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Machon Daniel Torah Weekly
“To Stir the Mind and to Light up the Shabbos and the Holidays”
Creation and Destruction of Previous Worlds and How It Affects Us!
“בראשית ברא אלקים את השמים ואת הארץ” (בראשית א:א)
“At first, Hakadosh Baruch Hu created the heavens and the earth” (Bereishis 1:1)
The English translation is misleading for the posuk twice mentions the word“את” and for this there is no given translation. What is this addition meant to teach us? The word “את” usually suggests that there is an addition to that which is explicitly stated in the posuk. In addition, it may suggest that the addition is secondary to that which is explicitly stated. Accordingly, we can understand from the additions that there are other worlds that Hashem has created. And so say our sages (Bereishis Raba 9:2 and Medrash Zuta Koheles sec. 3) commenting on the posuk“את הכל עשה יפה בעתו” / “Everything He made right in its time” (Koheles 3:11). Rebbe Avahu learns from here that Hakadosh Baruch Hu created and destroyed worlds until He created our world. This world brings Me pleasure He said and these worlds do not!
We must ask, why did Hakadosh Baruch Hu first create and then destroy other worlds before creating our world, for He knows and sees the future and He could have bypassed the earlier creations and created our world at first!? We can suggest two main reasons for this:
(1) In order that people should not come to the conclusion that our present world is of limited importance to G-d and that there are other worlds which are more significant to Him: either those which He has previously created and whose life-span has terminated or other worlds which presently exist alongside our world but are found in distant locations in the galaxy – beyond man’s ability to see or locate. And so the Torah states in Parshas Netzvim “כי המצוה (היינו התורה) הזאת… לא בשמים היא… ולא מעבר לים… כי קרוב אליך הדבר מאד בפיך ובלבבך לעשותו” / “For this mitzva (the Torah) is not found in the heavens… and not beyond the seas… rather it is very close to you, in your mouth and in your heart to do it” (Devorim 30:11-14). Here the Torah explicitly states that the Torah and the world it is found in are not located in some far-away galaxy and are not hidden somewhere beyond the seas but they are here with us in our very world and the Torah is easily available for all to see and fulfill!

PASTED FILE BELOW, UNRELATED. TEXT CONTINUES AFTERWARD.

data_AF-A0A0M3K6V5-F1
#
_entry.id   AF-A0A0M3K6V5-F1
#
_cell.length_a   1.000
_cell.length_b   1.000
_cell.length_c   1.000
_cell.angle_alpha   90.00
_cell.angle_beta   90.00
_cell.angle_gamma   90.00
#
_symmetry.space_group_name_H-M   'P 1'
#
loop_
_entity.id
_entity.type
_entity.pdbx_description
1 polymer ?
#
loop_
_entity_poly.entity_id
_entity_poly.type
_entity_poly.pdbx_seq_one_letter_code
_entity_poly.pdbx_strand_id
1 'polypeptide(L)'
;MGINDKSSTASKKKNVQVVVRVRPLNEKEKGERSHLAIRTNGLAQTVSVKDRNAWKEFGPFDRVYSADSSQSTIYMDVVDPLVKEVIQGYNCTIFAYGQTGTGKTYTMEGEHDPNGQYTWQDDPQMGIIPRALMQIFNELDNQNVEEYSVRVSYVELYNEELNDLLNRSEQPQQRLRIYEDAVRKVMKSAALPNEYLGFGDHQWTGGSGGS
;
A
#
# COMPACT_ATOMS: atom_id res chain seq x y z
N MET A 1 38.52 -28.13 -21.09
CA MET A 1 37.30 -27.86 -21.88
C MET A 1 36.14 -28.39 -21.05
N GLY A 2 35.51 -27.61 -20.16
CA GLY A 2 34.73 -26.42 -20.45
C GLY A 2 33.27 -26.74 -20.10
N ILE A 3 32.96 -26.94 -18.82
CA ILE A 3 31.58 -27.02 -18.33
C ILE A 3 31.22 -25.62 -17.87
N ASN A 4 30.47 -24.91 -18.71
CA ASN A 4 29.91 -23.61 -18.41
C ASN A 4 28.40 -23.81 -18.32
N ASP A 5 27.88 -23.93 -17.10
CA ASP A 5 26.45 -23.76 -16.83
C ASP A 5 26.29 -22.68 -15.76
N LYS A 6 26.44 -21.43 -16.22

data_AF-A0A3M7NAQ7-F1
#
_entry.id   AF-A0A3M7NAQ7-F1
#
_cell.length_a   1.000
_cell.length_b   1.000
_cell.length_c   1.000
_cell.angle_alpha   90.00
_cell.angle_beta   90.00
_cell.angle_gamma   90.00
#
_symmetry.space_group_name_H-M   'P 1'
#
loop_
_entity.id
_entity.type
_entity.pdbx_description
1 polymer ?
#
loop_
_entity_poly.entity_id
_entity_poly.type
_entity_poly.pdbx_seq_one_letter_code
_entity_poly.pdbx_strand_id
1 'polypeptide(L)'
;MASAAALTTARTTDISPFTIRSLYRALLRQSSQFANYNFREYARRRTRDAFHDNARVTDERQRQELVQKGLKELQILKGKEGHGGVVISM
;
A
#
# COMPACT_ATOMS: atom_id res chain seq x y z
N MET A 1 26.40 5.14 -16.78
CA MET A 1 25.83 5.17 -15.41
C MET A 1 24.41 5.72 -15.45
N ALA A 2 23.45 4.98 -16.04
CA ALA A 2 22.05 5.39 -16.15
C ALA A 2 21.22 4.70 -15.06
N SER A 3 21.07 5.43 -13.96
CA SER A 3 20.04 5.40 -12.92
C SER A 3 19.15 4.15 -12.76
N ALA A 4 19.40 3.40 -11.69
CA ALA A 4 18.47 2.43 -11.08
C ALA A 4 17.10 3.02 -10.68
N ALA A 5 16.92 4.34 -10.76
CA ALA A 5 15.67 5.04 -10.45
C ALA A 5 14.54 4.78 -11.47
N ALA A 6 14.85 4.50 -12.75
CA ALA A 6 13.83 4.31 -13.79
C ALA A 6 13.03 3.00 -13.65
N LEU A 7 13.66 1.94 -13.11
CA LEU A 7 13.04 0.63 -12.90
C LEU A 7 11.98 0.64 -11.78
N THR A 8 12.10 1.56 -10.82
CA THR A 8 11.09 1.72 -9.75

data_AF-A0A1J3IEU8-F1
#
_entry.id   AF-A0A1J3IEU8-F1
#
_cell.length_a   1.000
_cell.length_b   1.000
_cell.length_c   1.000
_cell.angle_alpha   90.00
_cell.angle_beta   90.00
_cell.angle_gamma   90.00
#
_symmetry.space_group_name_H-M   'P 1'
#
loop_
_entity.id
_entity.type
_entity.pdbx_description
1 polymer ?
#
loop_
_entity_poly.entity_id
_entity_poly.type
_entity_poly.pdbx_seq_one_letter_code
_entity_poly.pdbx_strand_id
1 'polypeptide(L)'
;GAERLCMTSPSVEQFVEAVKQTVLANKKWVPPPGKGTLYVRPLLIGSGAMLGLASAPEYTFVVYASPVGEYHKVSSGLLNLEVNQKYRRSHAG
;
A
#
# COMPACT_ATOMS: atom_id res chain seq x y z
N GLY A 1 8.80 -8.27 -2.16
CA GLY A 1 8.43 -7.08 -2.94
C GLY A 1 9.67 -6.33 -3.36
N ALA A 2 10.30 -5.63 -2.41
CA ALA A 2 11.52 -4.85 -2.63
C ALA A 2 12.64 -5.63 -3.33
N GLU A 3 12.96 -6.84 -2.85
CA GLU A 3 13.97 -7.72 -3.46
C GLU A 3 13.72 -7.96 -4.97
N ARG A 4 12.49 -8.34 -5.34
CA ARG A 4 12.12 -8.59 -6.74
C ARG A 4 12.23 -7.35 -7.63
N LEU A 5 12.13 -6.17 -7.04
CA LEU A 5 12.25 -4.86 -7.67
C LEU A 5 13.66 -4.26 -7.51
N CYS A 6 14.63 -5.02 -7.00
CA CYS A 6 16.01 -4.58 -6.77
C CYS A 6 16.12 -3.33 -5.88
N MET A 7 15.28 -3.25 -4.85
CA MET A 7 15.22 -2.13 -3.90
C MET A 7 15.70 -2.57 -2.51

(2) An alternate reason for the creation and destruction of other worlds is to serve as an example for us that if we do an action which is improper, we should not hesitate to “destroy” it, meaning to uproot it from our behavior and return to the right path! This is the concept of teshuva/repentance. With this we can understand that which the Torah states earlier in the above Parsha (ibid. 30:2) “ושבת עד ה'” / “And you shall return until Hashem”. It does not say “And you shall return to Hashem” but rather “And you shall return until Hashem”. Meaning, until you reach His ways and you walk in them!
Menachem Av 5777
The Blessing and the Sanctity of Shabbos are Revealed in the Mon/Heaven-Sent Bread
“ויברך אלקים את יום השביעי ויקדש אתו כי בו שבת מכל מלאכתו אשר ברא אלקים לעשות” (בראשית ב:ג)
“And G-d blessed the seventh day and sanctified it for in it He abstained from all His work which He created to do” (Bereishis 2:3)
What is the blessing of Shabbos and how is it sanctified? We find in the Medrash (Bereishis Raba 11:2) Rebbi Yishmael said the Shabbos was blessed with mon and is sanctified with the mon! Blessed with the mon for on each day one omer would be provided by Hashem for each person and on erev Shabbos Hashem provided two portions of mon for all. Hashem sanctified Shabbos through the mon for it did not descend on Shabbos. See the Ohr Hachaim Hakadosh who says the above explanation is referring to that which is hinted to in the posuk but it does not explain the basic meaning of the posuk.